Score type: investigating a mystery

If you listen to the Magpies podcast, you know that their most recent operation was an investigation into an attempted murder, when a crime boss hired the crew to find out who in his gang had made an attempt on his life.

The person running the game was candid about the fact that Blades isn’t optimally designed to handle investigations. The scoundrels crisscrossed the city, making a series of gather information rolls as they interviewed people, the investigation culminating in an engagement roll for a (very brief) social score. Meanwhile, a clock was ticking to represent the suspicions of the perpetrators.

While the system sufficed for the story, I was still left wondering if it could have been better adapted to the mystery genre. The actual “score”, when it happened, was pretty superfluous, but I’m not sure what I would do differently. Does anyone have thoughts you want to share about how you would run a mystery in Blades?

I would probably do it so the crew’s given a list of suspects and an event, such as a party, where all of them would be together. Give it more of a And Then There Were None feel, with the crew trying to get the truth out of the suspects, possibly with flashbacks to the investigation.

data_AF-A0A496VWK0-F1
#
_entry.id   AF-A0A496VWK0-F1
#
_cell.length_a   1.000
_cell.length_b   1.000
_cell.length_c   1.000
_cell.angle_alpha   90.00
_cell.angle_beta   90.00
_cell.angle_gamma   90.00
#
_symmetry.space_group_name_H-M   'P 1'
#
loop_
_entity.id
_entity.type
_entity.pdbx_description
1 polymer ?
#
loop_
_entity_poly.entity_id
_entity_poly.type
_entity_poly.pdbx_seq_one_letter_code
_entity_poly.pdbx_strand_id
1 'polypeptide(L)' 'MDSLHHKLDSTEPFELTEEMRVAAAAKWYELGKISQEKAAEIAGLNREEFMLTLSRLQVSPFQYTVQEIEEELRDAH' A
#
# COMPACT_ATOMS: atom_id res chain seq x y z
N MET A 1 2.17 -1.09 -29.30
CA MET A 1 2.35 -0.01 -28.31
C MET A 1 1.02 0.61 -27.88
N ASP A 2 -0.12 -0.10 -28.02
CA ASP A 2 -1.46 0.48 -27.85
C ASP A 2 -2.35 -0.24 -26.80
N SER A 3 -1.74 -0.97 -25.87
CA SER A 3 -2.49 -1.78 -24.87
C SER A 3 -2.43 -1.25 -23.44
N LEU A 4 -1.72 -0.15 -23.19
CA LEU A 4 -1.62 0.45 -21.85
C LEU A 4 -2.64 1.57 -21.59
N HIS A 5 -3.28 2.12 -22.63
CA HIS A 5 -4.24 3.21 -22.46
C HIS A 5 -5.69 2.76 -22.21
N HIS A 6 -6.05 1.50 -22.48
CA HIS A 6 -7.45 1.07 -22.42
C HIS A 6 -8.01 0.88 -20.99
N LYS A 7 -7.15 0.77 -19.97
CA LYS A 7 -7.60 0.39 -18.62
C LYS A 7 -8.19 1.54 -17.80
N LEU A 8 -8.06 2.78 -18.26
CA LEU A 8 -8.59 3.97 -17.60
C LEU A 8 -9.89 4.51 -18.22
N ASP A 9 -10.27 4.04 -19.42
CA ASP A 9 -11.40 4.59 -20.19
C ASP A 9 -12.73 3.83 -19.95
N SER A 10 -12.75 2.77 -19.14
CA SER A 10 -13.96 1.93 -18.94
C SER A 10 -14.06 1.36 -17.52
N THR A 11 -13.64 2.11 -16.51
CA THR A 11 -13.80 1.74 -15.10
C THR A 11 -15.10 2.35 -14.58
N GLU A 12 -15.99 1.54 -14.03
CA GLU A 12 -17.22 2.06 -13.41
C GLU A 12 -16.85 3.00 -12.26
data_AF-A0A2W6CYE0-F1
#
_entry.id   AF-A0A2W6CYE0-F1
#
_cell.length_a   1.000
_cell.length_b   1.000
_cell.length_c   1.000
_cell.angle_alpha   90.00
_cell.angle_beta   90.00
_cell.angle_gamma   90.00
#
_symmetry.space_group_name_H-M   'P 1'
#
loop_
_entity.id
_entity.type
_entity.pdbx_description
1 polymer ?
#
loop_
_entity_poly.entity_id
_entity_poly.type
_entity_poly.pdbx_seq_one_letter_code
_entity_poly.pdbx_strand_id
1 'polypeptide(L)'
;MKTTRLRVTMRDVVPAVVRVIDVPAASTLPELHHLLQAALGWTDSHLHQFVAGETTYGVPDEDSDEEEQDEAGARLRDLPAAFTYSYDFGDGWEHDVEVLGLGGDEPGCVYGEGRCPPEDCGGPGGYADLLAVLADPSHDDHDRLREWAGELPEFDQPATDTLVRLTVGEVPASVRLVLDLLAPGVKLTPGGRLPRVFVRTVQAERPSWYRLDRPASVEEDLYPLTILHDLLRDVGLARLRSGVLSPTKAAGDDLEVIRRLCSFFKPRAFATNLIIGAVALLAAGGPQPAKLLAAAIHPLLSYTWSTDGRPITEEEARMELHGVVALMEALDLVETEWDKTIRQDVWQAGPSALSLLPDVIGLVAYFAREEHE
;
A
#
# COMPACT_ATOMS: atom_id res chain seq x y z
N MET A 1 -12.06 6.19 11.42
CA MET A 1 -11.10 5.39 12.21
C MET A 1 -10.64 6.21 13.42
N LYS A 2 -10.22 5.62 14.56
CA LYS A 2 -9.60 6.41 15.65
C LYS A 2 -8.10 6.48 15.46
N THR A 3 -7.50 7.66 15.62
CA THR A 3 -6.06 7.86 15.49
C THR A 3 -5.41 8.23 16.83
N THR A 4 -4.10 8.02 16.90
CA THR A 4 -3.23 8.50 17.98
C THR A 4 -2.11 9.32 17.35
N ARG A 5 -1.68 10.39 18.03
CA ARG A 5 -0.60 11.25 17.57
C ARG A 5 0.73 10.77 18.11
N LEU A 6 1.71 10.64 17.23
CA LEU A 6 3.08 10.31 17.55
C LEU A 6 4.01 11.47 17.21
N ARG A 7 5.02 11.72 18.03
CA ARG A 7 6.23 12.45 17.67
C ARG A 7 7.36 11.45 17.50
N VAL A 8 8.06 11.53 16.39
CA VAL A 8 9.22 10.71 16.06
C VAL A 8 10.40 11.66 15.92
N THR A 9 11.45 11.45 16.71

1 Like

The Bluecoats of the Watch playset has a particular approach for this. It essentially has a crew sheet for each investigation. This mandate has a goal for the investigation, an incident, a special ability, and a claims-like map to represent building the investigation: pursue evidence and witnesses and flipping or charging witnesses.

It’s a stretch goal from the kickstrater and still in playtest, so not widely available.

But you can catch several playtests on the Actual Play youtube channel. For example, check out a version of the rules from the Flame Without Shadow on Actual Play. Here’s where they start building out the mandate https://youtu.be/5jRCwN-JPTk?t=9145 and where they explain the warrant map https://youtu.be/5jRCwN-JPTk?t=12114.

3 Likes

I’ve usually just used clocks for these things. IMO, there’s no reason, ever, to use the players’ competency for something like this rather than the characters’. Some people really love actually being the person to do the puzzle and using their player-brain to figure things out, but i would much rather treat it like any other action in the game. You make a roll to see what your character can figure out, or if it’s more than one we set a clock for the obstacle. the obstacle might be the Hive’s ability to cover up a crime, it might be a “who dunnit” clock, it could be a “strength of the case” clock to get into courtroom drama… and so forth.

2 Likes

I haven’t listed to the podcast in question, but I’d have made the the gather information rolls part of the score itself. Often gather information rolls are just Fortune rolls, but in this case they’d be Action rolls since there’d be a possibility for consequences. So Engagement roll, then a series of gather information rolls, then the culminating social encounter. I’d probably have some form of mission clock going that, when filled, means the suspect gets away, the killer strikes again, the clue is lost, Something Bad Happens ™, etc. If you want to quantify the progress of the PCs, you could also have a clock going that, when filled, means the PCs figure out what they need to. So it’d be sort of like a racing clock.

3 Likes